This is a bit of a broad question, so this is a broad-stroked answer.
In general, a NAS is more of an appliance than a server. The OS is not as full featured as a dedicated server OS, but it has an interface to let you share files. A common feature is to have different RAID levels (0 & 1 almost always, 10 and 5 common) available for data availability. This increases uptime, since a single drive failure (other than RAID 0) will allow you to continue to work. It is not backup, since if you lose the NAS in a fire, you've lost everything. There are plenty of other features, but I'm sure that there are other better descriptions of NAS elsewhere.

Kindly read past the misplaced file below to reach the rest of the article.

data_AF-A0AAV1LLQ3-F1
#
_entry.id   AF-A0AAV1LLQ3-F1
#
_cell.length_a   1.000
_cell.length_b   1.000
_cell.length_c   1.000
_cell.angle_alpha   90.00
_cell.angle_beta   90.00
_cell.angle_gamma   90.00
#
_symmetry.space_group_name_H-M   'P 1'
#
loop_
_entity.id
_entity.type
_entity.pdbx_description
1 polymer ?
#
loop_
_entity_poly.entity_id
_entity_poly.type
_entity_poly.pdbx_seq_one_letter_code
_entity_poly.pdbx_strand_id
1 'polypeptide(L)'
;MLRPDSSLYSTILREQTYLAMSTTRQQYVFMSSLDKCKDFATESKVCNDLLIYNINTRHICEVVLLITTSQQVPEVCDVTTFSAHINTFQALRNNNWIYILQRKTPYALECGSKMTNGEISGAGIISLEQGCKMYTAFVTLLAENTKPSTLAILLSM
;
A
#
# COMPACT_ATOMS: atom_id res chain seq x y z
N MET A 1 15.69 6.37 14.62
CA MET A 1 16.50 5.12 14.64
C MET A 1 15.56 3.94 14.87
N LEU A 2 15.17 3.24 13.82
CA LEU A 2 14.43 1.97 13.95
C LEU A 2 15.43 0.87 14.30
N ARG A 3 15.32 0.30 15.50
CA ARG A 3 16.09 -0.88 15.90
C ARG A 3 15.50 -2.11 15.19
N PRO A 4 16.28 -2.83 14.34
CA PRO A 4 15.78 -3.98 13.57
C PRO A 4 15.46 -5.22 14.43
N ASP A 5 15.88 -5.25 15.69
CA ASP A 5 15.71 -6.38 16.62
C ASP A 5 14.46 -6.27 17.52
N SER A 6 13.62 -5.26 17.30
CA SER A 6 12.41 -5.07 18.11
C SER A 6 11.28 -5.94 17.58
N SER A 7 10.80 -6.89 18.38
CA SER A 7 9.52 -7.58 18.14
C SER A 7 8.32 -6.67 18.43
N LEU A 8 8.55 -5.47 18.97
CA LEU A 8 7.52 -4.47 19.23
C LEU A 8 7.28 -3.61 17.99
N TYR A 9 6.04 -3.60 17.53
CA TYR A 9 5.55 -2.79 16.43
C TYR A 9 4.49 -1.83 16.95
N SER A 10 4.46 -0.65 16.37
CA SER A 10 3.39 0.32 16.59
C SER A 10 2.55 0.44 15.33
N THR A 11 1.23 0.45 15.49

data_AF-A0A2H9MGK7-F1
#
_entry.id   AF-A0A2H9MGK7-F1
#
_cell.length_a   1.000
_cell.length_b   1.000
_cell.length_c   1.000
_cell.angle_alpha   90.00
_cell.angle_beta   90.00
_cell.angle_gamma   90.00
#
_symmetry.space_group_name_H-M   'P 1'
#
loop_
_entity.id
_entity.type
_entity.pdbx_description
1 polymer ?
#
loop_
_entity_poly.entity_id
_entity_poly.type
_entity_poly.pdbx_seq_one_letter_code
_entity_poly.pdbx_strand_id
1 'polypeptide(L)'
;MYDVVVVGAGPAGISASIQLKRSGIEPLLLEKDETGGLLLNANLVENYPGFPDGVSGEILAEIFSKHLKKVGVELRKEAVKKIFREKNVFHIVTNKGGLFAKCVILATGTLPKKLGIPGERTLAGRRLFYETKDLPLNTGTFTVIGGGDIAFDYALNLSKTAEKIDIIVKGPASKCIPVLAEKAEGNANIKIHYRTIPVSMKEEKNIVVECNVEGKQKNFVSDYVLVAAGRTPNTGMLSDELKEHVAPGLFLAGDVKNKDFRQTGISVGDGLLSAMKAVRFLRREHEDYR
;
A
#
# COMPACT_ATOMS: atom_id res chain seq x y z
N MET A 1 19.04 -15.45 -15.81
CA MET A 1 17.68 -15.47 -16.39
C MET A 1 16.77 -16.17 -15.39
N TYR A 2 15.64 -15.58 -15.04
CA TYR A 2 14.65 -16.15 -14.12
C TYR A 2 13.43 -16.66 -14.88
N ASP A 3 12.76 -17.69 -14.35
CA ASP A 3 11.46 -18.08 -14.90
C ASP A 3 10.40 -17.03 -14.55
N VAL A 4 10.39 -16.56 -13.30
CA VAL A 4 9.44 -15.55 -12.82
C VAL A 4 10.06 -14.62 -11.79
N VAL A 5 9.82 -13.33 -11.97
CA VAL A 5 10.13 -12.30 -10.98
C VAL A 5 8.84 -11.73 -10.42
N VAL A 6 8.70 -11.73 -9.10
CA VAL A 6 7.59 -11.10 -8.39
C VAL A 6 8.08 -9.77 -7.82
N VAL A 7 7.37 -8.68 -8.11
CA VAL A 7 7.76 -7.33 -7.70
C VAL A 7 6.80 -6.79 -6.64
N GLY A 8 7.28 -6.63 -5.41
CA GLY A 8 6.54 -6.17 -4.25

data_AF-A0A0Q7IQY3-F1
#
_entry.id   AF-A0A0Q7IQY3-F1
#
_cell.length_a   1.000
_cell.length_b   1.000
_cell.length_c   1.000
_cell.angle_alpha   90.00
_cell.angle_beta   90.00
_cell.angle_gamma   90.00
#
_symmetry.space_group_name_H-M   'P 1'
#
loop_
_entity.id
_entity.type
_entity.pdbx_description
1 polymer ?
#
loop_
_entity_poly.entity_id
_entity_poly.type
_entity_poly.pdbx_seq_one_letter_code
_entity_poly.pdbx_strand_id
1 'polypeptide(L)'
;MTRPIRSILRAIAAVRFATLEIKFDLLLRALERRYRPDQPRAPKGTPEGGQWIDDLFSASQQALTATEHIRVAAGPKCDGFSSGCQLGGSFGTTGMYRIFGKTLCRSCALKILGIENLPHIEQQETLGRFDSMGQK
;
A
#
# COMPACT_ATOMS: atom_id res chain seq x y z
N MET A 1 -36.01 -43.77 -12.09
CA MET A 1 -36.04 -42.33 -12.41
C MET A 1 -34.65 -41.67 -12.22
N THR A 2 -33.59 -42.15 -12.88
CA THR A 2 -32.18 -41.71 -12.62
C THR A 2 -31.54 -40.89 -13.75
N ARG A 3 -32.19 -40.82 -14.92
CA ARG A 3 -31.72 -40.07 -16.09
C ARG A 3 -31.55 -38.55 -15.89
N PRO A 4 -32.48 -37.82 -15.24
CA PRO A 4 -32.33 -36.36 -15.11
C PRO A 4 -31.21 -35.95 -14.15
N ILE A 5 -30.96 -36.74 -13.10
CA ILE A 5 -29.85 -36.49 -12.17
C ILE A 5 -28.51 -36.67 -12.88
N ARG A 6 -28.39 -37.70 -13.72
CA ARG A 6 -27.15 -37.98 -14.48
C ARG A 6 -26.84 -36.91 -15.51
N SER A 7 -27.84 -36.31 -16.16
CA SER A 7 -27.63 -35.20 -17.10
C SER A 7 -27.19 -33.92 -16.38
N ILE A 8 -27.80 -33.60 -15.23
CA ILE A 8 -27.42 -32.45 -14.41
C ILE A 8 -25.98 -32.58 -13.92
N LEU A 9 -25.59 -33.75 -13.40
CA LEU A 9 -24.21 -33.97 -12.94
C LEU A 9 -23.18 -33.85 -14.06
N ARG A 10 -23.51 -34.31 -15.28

The good news is that less features generally means less care and feeding over time. But there's also less functionality as well. You won't necessarily be able to install any arbitrary application on it, like SQL Server.
In your case, since you're talking about a file-server replacing NT (!), a simple NAS may be worth considering. The big questions that only you can answer are how much downtime are you willing to accept, and how much are you willing to spend to mitigate that risk.